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Obama: Same-Sex Marriage Ruling "Reaffirmed" America's Founding Principles

After today’s Supreme Court ruling, it is now illegal for states to refuse marriage certificates to same-sex couples.

President Obama, who has flipped — and flipped back again — on marriage equality issues during his long political career, spoke today from the Rose Garden about the significance of today’s ruling.


“Our nation was founded on a bedrock principle, that we are all created equal,” he said. “The project of each generation is to bridge the meaning of those founding words with the realities of changing times — a never-ending quest to ensure those words ring true for every single American. Progress on this journey often comes in small increments. Sometimes two steps forward, one step back, propelled by the persistent effort of dedicated citizens. And sometimes there are days like this, when that slow, steady effort is rewarded with justice that arrives like a thunderbolt.”

“This morning, the court recognized that the Constitution guarantees marriage equality,” he continued. “In doing so, they’ve reaffirmed that all Americans are entitled to the equal protection of the law. That all people should be treated equal, regardless of who they are or whom they love. This decision will end the patchwork system we currently have; it will end the uncertainty hundreds of thousands of same-sex couples face from not knowing whether their marriage, legitimate in the eyes of one state, will remain if they decided to move — or even visit — another. This ruling will strengthen all of our communities by offering to all loving same-sex couples the dignity of marriage across this great land.”


No doubt today is a joyous day for many Americans. An historic one even. And to his credit, President Obama spoke movingly — and passionately — about what ordinary citizens have accomplished to bring about this profound social change. Today we witnessed history in the making. But as Justice Scalia warned in his fiery dissenting opinion, today's ruling raises uncomfortable questions about judicial activism.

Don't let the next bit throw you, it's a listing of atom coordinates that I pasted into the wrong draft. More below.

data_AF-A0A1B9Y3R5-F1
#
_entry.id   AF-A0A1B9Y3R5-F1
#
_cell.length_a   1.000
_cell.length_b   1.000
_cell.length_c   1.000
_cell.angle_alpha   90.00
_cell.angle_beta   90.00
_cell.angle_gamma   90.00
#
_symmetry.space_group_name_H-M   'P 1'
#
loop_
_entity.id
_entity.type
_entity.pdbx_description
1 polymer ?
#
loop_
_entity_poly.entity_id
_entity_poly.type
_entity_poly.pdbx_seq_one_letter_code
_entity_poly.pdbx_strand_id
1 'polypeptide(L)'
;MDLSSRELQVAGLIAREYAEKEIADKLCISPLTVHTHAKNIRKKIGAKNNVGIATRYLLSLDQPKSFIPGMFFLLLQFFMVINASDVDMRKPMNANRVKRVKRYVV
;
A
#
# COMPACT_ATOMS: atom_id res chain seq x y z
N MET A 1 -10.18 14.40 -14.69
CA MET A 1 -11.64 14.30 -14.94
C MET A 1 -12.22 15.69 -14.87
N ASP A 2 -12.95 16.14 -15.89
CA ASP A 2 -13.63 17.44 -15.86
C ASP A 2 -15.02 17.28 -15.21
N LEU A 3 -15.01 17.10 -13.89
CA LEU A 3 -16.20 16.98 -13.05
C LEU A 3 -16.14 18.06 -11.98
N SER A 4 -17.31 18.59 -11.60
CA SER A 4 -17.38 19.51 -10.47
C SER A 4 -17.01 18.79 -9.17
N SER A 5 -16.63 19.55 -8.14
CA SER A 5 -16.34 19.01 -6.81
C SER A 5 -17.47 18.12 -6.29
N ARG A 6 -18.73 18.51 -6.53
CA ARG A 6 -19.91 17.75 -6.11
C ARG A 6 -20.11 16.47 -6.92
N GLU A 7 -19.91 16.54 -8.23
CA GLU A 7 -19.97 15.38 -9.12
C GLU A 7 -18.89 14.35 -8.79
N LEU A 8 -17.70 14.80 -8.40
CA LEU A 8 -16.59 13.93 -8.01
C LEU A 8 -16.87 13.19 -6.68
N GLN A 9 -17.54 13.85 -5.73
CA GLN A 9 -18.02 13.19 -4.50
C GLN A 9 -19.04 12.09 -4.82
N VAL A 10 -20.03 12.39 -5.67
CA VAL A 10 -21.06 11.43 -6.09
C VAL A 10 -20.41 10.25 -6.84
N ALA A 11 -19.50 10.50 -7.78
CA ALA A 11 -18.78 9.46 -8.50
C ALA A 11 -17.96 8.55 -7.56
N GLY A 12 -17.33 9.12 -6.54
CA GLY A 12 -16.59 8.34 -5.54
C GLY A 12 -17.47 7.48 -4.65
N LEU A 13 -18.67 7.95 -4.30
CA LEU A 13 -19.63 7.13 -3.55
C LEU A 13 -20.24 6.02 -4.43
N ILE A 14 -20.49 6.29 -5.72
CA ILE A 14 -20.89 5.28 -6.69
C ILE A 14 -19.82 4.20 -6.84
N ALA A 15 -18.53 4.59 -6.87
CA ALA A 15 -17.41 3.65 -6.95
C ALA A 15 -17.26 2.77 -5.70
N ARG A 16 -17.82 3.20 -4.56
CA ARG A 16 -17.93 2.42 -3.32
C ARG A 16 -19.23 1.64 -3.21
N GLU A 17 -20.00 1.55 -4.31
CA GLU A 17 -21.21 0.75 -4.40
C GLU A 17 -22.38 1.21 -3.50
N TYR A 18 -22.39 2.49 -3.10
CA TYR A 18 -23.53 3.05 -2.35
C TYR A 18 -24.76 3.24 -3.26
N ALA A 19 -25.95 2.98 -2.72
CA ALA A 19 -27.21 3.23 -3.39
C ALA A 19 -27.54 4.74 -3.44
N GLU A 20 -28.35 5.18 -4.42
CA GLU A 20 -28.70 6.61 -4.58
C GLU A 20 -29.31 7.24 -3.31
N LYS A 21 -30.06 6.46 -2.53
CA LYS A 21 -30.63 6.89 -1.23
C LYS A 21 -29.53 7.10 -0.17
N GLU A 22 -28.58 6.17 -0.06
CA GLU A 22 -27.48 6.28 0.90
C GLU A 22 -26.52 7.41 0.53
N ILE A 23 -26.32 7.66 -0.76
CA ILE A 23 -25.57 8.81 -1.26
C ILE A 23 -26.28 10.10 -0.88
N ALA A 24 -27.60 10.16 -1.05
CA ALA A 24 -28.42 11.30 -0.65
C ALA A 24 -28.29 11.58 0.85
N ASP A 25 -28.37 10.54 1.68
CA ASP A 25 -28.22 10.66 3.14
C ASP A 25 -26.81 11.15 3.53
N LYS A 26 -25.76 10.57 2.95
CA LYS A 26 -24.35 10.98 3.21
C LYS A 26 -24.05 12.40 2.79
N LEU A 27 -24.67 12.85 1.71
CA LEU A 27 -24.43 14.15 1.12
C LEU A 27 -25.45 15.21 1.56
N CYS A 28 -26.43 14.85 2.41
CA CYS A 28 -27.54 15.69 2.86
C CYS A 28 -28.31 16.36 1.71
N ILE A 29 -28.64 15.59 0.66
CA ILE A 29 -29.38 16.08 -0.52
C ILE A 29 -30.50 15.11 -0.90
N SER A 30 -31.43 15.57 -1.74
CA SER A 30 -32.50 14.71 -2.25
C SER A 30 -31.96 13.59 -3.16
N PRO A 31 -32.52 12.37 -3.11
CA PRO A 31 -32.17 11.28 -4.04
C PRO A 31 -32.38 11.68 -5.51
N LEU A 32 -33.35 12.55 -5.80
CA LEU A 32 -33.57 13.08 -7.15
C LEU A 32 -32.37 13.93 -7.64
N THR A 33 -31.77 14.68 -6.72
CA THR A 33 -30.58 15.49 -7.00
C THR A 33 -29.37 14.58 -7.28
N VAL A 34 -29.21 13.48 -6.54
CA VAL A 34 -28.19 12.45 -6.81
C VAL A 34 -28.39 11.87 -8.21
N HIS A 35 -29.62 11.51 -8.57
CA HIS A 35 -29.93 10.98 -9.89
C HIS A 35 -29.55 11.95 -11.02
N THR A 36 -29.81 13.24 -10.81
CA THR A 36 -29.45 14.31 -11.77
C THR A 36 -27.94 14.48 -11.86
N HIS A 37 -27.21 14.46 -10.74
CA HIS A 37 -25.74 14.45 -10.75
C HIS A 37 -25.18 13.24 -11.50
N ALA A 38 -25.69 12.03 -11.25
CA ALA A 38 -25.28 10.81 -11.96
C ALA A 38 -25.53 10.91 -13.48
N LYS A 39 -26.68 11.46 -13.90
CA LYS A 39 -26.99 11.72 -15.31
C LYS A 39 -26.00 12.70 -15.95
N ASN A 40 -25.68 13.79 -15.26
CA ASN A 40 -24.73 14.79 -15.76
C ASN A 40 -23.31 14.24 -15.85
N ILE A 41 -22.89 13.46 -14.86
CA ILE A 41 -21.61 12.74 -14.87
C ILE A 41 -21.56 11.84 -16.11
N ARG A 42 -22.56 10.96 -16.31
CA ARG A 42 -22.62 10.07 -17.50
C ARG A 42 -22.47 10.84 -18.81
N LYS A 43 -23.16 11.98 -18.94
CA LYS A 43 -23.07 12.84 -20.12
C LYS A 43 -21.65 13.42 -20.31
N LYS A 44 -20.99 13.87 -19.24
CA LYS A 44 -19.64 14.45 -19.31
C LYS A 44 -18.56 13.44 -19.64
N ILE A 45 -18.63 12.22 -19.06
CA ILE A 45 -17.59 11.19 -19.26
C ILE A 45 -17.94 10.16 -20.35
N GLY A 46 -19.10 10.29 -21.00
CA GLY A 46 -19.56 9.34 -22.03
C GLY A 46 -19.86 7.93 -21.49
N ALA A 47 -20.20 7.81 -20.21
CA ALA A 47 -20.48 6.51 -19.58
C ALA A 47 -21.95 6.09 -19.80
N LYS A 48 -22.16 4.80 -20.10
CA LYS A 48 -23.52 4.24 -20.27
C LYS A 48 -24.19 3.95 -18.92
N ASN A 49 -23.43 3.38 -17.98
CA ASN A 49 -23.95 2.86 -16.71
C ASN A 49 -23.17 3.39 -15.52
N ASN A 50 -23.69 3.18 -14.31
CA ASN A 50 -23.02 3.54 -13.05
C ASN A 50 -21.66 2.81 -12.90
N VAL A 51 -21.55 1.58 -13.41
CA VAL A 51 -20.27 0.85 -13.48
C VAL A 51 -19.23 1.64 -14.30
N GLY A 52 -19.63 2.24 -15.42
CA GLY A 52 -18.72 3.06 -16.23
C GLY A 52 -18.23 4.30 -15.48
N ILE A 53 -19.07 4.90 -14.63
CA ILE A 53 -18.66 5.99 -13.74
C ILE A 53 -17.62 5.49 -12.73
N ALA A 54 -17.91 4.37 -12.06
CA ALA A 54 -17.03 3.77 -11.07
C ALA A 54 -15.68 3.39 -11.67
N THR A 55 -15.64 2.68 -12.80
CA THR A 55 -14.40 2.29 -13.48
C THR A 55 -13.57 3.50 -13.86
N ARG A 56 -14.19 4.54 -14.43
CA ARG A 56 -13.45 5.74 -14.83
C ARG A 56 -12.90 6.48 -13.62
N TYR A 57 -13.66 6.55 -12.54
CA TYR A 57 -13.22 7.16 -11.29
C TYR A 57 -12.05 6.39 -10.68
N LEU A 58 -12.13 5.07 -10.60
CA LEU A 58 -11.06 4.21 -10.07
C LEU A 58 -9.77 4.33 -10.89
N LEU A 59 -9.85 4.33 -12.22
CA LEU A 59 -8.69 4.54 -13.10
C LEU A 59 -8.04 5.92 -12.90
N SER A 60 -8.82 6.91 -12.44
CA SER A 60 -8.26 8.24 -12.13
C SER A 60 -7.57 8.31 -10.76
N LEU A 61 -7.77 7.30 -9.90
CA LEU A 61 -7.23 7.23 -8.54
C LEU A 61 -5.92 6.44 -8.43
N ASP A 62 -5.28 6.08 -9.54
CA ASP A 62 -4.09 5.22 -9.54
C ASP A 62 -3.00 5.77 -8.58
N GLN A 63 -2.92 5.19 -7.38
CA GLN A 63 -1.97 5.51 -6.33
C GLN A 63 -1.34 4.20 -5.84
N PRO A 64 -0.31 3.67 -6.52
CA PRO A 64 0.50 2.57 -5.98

As a matter of fact, he argued that the sweeping transformation brought forth by today’s opinion is, in his words, a “threat to American democracy."

“Until the courts put a stop to it, public debate over same-sex marriage displayed American democracy at its best,” he wrote. “Individuals on both sides of the issue passionately, but respectfully, attempted to persuade their fellow citizens to accept their views. Americans considered the arguments and put the question to a vote. The electorates of 11 States, either directly or through their representatives, chose to expand the traditional definition of marriage. Many more decided not to. Win or lose, advocates for both sides continued pressing their cases, secure in the knowledge that an electoral loss can be negated by a later electoral win. That is exactly how our system of government is supposed to work.”


And yet, this centuries-old principle, he argued, has been assailed and violated.

“[T]o allow the policy question of same-sex marriage to be considered and resolved by a select, patrician, highly unrepresentative panel of nine,” he added, “is to violate a principle even more fundamental than no taxation without representation: no social transformation without representation.”

Regardless, the Supreme Court has spoken, and marriage equality is therefore now a fundamental right. And while many learned constitutional scholars, including Justice Scalia, vehemently disagree with the Court’s decision, the ruling will stand for now.

Editor's note: Justice Scalia's dissent has been edited slightly for clarification and readability purposes.

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